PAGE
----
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What do GPs and Bereaved Parents Think About Paediatric Oncologists and Palliative Care?

Neilson, Susan and Clifford, C. and Gibson, F. and Greenfield, S. (2013) What do GPs and Bereaved Parents Think About Paediatric Oncologists and Palliative Care? In: Royal College of Paediatrics and Child Health Annual Conference (jointly held with 6th Europaediatrics), 5th - 8th June 2013, Scottish Exhibition and Conference Centre, Glasgow. (Unpublished)

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Abstract

Aim The aim of the study was to examine the experiences of bereaved parents and general practitioners (GPs) following the death of a child with cancer within the family home. This presenta-tion focuses on one of the findings; the parent and GP views on the hospital consultants’ involvement in the palliative care. Design A community based qualitative study.Setting West Midlands region, UK. Participants Purposeful sample of 18 GPs and 11 bereaved families. The sample was drawn from the families and GPs of children who had been treated for cancer at a regional childhood cancer centre and who subsequently died within the family home. Methods One-to-one semi-structured tape-recorded interviews were undertaken with GPs and bereaved parents following the death at home of a child with cancer. GPs were contacted three months after the death of the child and the parents at six months. Thematic analysis of the transcriptions was undertaken. Findings Parents described feeling abandoned at the transition to palliation when management of care transferred to the GP. Families did not perceive a seamless service of medical care between hospital and community. Where offered consultant contact was valued by families and GPs. Text and email were used by families as a means of asking the consultant questions. The GPs lacked role clarity where the consultant continued involvement in the care. Conclusions The transition to palliation and the transfer of care to community services needs to be sensitively and actively man-aged for the family and the GP. Medical care between tertiary andprimary care should be seen as a continuum. Improving GP: consultant communication could aid role clarity, identify mecha-nisms for support and advice, and promote the active engagement of the GP in the care. Exploring opportunities for integrated con-sultant: GP working could maximise mutual learning and support and enhance care provision. The level, access and duration of ongoing contact between consultants and families/GPs require clarity.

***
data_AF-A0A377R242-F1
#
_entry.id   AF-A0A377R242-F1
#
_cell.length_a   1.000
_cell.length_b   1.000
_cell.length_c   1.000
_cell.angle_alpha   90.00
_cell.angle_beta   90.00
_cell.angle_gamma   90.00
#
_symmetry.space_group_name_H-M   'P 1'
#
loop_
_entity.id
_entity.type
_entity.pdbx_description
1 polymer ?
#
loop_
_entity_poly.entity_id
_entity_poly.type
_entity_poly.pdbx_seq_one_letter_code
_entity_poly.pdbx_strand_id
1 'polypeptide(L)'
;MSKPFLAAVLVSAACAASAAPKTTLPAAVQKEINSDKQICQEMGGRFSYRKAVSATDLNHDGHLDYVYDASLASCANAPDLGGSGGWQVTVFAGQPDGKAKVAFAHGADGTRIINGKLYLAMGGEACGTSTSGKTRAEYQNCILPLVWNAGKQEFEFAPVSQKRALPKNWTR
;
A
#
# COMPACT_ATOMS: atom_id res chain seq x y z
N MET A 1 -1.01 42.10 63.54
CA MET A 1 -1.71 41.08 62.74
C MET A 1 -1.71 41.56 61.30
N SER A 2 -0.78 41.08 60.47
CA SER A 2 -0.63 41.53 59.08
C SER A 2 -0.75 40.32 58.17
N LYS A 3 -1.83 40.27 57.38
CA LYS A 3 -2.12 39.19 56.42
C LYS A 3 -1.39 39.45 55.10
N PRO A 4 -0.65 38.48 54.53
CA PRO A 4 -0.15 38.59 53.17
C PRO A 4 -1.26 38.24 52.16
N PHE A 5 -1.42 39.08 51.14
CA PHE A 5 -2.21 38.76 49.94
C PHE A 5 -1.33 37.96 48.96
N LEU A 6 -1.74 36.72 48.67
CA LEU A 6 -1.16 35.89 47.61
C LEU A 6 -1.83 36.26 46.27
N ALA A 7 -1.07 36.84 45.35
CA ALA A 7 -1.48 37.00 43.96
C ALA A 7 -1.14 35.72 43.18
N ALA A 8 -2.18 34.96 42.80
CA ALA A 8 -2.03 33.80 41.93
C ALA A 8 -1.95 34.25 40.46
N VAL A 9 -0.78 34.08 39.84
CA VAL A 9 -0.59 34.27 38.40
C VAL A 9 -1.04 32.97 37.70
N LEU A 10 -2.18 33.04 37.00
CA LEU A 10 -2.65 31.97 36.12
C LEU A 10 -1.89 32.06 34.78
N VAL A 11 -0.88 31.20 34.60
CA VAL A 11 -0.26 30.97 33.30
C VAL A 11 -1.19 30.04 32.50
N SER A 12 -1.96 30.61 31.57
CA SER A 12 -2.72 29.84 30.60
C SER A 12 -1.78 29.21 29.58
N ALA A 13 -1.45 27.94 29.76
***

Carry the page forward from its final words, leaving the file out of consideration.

Item Type: Conference or Workshop Item (Paper)
Additional Information:

The full-text cannot be supplied for this conference paper. The abstract has been published in the Archives of Disease in Childhood, June 2013, Volume 98, Suppl 1.

Uncontrolled Keywords: palliative care, paediatric oncologists, bereaved parents, GPs, family home,
Subjects: R Medicine > R Medicine (General)
R Medicine > RJ Pediatrics
R Medicine > RT Nursing
Divisions: Academic Departments > Institute of Health and Society
Related URLs:
Depositing User: Susan Neilson
Date Deposited: 15 Aug 2016 09:52
Last Modified: 15 Aug 2016 09:52
URI: https://eprints.worc.ac.uk/id/eprint/4773

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